by Ed Farnan –
America’s student loan debt is in excess of 1 trillion dollars; it is believed this will be our next huge financial crisis as these loans go into default.
One of the reasons people are having a difficult time repaying their student debt, is that they can’t find jobs as newly minted college graduates. See the 10 worst college degrees by Forbes.
Granted the economy is in the doldrums and good jobs are hard to find. But a college education was sold to these students by the education industry as their ticket to a good paying job.
Let’s use some outcome based education for a change. If you are going to let a student burden him/herself with a huge debt in order to graduate from your school, you should have some skin in the game. Colleges should have to guarantee these loans, instead of laying that debt off onto taxpayers if the student defaults. Perhaps there would be a change in admissions, stricter standards and heavier counseling.
Right now colleges and universities have the best of all worlds. Many are in receipt of government funding, many have endowments and almost all are the recipients of an unending stream of government guaranteed tuition. There is no incentive for them to see if the student loans ever get paid back.
It’s a one way street in the higher education system and it’s time to make some changes. . These easy government backed student loans are correlated to rising costs. Colleges have every incentive to raise costs knowing the loans will be adjusted upward to reflect those costs.
Colleges should have job placement programs for the students they graduate. There needs to be some responsibility from the higher education system and some accountability.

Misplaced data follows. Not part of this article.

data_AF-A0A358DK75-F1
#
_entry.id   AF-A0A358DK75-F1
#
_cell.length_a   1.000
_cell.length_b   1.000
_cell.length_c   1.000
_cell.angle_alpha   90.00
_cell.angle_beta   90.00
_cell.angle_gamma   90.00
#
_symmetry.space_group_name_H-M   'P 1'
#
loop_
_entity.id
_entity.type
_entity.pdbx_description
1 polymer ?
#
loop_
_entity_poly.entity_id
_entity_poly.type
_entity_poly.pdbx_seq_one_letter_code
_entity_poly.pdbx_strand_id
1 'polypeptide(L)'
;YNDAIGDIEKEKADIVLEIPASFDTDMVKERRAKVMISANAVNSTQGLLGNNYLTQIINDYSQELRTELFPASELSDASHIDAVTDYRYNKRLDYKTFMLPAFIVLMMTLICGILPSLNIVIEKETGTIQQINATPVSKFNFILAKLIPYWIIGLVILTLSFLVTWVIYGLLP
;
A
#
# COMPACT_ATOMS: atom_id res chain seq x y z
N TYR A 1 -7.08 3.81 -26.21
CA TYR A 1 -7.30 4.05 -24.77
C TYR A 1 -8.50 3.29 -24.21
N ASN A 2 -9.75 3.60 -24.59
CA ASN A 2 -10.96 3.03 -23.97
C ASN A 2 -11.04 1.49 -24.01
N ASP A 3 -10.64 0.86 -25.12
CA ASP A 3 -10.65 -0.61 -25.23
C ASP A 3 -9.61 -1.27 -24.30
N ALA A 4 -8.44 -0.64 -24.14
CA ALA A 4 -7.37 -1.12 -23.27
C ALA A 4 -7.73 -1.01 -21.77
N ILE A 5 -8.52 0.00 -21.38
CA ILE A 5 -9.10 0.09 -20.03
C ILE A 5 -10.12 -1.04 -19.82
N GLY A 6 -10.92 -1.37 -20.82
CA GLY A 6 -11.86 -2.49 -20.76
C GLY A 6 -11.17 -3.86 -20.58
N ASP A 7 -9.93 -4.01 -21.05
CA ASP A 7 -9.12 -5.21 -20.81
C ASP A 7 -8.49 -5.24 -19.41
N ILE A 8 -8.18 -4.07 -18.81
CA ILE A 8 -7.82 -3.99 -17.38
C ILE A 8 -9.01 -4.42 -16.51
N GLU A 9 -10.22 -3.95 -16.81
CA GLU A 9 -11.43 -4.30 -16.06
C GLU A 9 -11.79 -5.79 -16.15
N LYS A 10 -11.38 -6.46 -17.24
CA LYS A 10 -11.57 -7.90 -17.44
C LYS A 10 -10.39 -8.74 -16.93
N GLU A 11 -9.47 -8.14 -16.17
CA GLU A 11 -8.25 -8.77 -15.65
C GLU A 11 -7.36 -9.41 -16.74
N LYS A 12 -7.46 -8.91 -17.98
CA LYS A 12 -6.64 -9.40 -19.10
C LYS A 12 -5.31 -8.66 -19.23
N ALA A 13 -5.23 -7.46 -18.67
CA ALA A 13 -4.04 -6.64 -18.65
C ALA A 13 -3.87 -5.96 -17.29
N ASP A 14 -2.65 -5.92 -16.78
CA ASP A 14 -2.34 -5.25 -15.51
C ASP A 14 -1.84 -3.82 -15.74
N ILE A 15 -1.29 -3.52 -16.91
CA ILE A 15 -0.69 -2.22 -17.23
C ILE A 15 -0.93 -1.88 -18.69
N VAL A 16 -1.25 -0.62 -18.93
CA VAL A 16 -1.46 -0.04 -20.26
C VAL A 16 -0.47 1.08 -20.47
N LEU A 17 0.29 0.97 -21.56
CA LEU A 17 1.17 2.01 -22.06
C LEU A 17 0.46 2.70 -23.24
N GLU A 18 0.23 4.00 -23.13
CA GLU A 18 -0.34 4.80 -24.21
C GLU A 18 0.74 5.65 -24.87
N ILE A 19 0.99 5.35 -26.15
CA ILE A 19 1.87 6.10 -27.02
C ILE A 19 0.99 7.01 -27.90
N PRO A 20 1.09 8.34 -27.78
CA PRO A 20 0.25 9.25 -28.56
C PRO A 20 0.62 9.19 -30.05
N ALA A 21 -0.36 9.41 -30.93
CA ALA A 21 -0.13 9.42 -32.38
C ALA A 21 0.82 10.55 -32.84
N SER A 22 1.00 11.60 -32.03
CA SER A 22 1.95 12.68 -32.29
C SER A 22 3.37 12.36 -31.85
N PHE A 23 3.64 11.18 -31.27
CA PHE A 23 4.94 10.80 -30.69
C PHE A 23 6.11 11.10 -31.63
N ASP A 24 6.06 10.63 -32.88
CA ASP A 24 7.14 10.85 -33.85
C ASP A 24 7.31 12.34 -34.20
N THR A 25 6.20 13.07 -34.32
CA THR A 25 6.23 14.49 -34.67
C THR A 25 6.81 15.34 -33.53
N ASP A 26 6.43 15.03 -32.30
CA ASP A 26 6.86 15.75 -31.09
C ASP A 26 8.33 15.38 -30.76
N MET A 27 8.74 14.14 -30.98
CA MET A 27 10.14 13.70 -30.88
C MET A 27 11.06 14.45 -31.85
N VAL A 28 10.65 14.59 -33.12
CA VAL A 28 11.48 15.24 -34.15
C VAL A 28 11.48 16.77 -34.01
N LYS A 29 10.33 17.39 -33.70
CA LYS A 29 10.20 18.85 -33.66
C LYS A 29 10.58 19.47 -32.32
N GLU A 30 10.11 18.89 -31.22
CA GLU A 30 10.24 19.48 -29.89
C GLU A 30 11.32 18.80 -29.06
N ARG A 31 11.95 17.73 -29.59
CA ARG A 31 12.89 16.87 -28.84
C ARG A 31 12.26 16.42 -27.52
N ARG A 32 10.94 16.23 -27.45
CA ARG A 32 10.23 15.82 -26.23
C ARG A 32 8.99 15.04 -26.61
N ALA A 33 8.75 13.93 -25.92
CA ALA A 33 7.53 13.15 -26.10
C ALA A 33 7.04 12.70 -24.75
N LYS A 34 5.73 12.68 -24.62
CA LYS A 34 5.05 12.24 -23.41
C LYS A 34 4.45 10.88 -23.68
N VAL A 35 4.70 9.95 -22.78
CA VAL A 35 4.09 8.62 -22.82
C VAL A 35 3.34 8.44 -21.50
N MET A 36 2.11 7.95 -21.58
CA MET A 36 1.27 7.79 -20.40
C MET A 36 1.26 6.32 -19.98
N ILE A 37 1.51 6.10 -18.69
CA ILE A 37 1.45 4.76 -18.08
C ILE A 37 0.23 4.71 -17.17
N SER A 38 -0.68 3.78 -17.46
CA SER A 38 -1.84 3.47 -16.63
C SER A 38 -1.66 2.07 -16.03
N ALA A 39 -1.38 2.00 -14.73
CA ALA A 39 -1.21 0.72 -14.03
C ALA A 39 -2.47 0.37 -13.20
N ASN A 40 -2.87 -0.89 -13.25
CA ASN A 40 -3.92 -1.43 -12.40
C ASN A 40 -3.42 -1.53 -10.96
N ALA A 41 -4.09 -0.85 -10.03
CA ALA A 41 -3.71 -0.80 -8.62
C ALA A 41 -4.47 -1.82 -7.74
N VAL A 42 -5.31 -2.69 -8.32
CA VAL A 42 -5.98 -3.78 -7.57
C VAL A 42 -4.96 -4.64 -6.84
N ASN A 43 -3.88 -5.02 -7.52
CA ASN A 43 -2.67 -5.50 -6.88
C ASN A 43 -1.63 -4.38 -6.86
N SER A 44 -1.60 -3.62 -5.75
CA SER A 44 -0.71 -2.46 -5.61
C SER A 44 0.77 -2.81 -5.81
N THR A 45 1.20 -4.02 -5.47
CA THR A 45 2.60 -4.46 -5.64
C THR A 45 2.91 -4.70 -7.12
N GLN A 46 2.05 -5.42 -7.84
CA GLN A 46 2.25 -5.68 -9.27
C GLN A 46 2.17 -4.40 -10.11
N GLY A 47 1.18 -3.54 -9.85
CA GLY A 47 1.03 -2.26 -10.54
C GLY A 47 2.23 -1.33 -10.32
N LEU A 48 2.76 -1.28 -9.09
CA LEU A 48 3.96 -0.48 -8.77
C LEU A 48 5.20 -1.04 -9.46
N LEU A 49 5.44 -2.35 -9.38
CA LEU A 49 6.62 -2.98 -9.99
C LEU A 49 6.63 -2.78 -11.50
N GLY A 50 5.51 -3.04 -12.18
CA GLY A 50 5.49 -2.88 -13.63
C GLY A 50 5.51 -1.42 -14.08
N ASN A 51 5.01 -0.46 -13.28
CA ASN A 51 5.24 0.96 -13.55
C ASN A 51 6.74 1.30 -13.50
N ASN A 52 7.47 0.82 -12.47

Should taxpayers be put on the hook for a college graduate with a liberal arts degree who can’t find a job? Or if the jobs available with those degrees are low paying and will never be able to justify the student loan amount?
Additionally, let’s face it, many of those attending college aren’t college material and should be learning a trade or craft. Skilled craftsmen make on average far more than many college graduates. Why aren’t colleges and universities offering these types of educations?
The country has a problem supplying the manpower needs of our high tech sector, so much of a problem, that special laws are being created to allow foreign workers into our country that have the math and engineering skills necessary to work in this environment.
We should be proactively pushing students to get educations in the sectors the country desperately has a shortage in, even offering discount tuition, etc. Perhaps ,even using a hybrid of the voucher system that the Friedman Foundation is promoting for public school choice and introduce some competition.
If a student wants a degree in ethnic/gender studies, music appreciation, law and a whole host of liberal arts that don’t necessarily translate into lucrative careers, then there should be an agreement between the college and the student over how the tuition gets paid. Let colleges aid the student in finding scholarship help, etc.
We saw the problem that unfulfilled promises academic institutions made to students when our cities were clogged with Occupy Wall Street. Many of these young people expressed anger at their inability to find a job, a good paying job with the liberal arts degrees they possessed. They felt they were lied to by their education institutions…in a way they were.
There is also growing unrest among students who are seeing their ever increasing college tuitions rise, while chancellors and educators don’t take a hit and in fact get raises.
Here is an excerpt from an excellent expose’ by Joseph Palermo in the California State University system:
“Last year, CSU executives were paid between $240,000 and $400,000 in salary alone. On top of that, each executive is allotted $12,000 per year as an auto allowance. Campus Presidents and the Chancellor each receive either state-owned homes or housing allowances of $50,000 or $60,000 per year. Other perks available to executives include special retirement packages such as lifetime employment as a tenured professor.”
Looking at the above salaries you can see these educators are insulated from the realities that many graduates face after they leave their institutes of higher education. Instead of raises, many of them should be fired. Let’s get some accountability into education.